Gus Venditto | March 13, 2019
The U.S. healthcare industry faces stormy seas. The public and major purchasers are clamoring for cheaper, better care. Sky-high prices for health insurance and some pharmaceuticals are jeopardizing the health and even the lives of patients and increasing public demand for more regulation. Providers are starting to be held responsible not just for providing medical care but for making sure patients have a ride to the doctor and access to healthy food. How can the industry plot a course through this storm to a healthy future for everyone?
Private and public sectors must work together to address patients’ lives as a whole, rather than just the small part that they present when they go to the doctor or a hospital, said panelists at the Health Summit 2018 session “Call to Action: Driving Our Industry’s Future.”
“We talk a lot about moving to value and away from fee for service,” said Tony Tersigni, CEO of Ascension, St. Louis, the largest not-for-profit health system in the U.S. with 141 hospitals in 22 states and the District of Columbia. But that change can’t happen “until we have the government help us remove some of the obstacles, whether they’re laws or regulations or policies that were put in place in a fee-for-service era to protect against fraud and abuse that doesn’t apply today.”
In addition to 65,000 employed physicians, Ascension has affiliate relationships with 44,000 independent physicians. “In order for us to move to value, I’ve got to be able to do partnerships in a creative way with these independent physicians,” Tersigni said. “And right now, I’m precluded from that.” For example, federal antitrust or anti-kickback laws may require special waivers to allow health systems to wrap independent physicians into an accountable care organization and share incentive payments with them.
Ascension, which spent $1.9 billion in 2017 taking care of patients in poor communities, is using some of its markets as labs to identify the most effective ways to spend that money. In one inner city neighborhood, the local Ascension hospital has been collaborating with churches and charities to explore ways to break the cycle of poverty for good. “In these settings, only 26 percent of patients’ needs are healthcare needs—the rest is based on these social determinants,” Tersigni said.
As Ascension is discovering, the healthcare system has enough money, but needs to find new ways of allocating it, said panel host Andy Slavitt, who served as acting administrator of the Centers for Medicare and Medicaid Services during the Obama administration and oversaw its shift toward value-based payment models. He pointed out that there could be a five-fold difference in the cost of treating a diabetic patient who has a stable living situation and good health insurance, compared with one who lives in extreme poverty and struggles with mental illness, even if their blood sugar levels are the same. “That means it’s not about science, but about innovating around people’s lives,” he said. Improving someone’s health could mean providing a medical service or making sure they have a warm coat. “We just take a look at the pool that we’re spending and investing in these populations and figure out how to invest it differently and reduce the cost.”
Using hospital dollars to fund a medical transportation service, a food pantry, or even affordable housing may seem expensive, but these investments could yield significant returns by sharply reducing uncompensated emergency room care and averting chronic illnesses. “Building that business case will be essential,” Slavitt said.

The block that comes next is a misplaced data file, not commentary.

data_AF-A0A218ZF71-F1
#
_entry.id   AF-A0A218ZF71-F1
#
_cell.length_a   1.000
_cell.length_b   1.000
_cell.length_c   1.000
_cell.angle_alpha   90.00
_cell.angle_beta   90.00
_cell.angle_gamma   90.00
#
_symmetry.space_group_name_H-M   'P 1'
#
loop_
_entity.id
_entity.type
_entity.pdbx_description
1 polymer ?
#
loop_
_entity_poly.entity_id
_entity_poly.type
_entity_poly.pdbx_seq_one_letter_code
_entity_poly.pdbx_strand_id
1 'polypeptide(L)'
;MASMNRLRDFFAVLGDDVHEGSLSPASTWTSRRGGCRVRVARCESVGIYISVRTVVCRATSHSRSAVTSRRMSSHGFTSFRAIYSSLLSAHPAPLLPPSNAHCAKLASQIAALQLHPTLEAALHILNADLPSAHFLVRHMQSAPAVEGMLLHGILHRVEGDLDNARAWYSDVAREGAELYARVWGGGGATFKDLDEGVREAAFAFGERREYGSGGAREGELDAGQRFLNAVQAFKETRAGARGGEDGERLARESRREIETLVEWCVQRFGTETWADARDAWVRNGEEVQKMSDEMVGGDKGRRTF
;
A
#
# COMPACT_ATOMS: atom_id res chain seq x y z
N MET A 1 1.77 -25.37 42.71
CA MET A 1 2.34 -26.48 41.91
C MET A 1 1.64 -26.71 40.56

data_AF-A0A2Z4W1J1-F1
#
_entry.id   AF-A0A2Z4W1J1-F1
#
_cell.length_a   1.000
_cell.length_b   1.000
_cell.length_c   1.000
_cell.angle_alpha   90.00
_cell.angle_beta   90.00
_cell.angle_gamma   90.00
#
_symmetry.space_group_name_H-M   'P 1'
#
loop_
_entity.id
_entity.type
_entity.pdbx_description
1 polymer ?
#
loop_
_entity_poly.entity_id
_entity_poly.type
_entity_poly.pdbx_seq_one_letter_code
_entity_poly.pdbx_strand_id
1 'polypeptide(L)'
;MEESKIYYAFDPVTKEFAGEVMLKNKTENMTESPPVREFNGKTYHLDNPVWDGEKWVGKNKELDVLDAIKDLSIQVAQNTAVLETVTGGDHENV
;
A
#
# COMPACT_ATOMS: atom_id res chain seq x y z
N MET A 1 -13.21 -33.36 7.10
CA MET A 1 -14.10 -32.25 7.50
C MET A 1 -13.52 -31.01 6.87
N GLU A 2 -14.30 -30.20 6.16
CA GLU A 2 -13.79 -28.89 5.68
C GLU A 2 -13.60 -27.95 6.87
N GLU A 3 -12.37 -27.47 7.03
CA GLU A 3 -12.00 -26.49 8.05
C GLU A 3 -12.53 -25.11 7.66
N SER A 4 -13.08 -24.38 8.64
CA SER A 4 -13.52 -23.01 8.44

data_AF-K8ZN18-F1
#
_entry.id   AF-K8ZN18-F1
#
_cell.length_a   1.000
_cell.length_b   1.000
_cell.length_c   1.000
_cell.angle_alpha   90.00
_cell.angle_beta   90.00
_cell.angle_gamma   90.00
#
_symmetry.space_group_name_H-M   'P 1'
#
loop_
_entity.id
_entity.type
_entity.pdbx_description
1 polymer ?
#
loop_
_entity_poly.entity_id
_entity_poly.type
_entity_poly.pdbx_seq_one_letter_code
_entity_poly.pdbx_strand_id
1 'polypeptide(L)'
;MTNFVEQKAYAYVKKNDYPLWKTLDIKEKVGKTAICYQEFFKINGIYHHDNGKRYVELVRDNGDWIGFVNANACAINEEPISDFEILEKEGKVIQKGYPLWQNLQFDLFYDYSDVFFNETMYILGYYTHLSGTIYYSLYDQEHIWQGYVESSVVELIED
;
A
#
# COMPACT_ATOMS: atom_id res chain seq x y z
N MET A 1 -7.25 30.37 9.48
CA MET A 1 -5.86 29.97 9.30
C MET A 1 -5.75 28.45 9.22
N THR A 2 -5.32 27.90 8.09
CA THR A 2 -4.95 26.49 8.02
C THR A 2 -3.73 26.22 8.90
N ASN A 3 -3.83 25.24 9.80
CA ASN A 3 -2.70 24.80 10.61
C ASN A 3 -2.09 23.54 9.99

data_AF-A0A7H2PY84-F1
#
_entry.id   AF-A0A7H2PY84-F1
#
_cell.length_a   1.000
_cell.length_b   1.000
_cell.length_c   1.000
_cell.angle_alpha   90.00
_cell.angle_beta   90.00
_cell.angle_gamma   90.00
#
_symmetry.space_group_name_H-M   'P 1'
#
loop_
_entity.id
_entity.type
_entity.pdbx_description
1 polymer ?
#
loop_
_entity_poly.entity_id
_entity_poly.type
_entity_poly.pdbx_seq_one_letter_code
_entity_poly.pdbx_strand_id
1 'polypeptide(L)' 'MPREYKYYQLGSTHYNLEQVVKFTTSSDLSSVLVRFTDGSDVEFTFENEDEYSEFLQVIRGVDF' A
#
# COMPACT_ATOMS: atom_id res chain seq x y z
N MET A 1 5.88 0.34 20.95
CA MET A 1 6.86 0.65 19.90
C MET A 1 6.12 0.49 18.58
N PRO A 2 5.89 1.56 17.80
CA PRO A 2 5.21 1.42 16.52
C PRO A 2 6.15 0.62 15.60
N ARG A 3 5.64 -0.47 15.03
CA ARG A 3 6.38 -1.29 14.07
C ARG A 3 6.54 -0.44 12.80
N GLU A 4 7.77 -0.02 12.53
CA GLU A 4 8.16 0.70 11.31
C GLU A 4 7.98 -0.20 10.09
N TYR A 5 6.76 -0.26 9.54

Slavitt is currently CEO of the not-for-profit United States of Care, which brings together healthcare stakeholders, including patients, providers, payers, employers, and policymakers, to work toward affordable quality healthcare. In February, the organization launched MedicaidBuyIn.com and the Medicaid Buy-in Playbook, to help states institute a Medicaid-based public health insurance option.
Payers and providers also need to collaborate on addressing social issues, said Karen Ignagni, President and CEO, EmblemHealth, New York, a not-for-profit insurance company that provides healthcare coverage and administrative services to 3.1 million New York residents. And that means that providers must rethink and expand both their mission and their willingness to be measured on results. “I can’t do a value-based deal with a hospital unless it can accept risk, and unless it has an infrastructure that can follow a patient, figure out how to deal with that patient from a personal perspective,” she said.
EmblemHealth is working with a 2017 startup called Cityblock to improve the overall health of its low-income populations in the Crown Heights neighborhood of Brooklyn by providing them with flexible access to many kinds of care, better communication among members of their care team, and a “community health partner” to coordinate their care and help with their social needs. (Slavitt serves on Cityblock’s board.) EmblemHealth members receive these services at no charge. Cityblock’s founding premise is that the $10,000 average cost of a single hospital stay can pay for hundreds of potentially preventive services: hours with a psychiatrist or primary care provider, visits from a community health worker, or even Uber rides to appointments.
“We are so enthusiastic about bringing people into the communities who are not necessarily wearing white coats—people that folks will confide in,” Ignagni said. “That’s where we have to start.”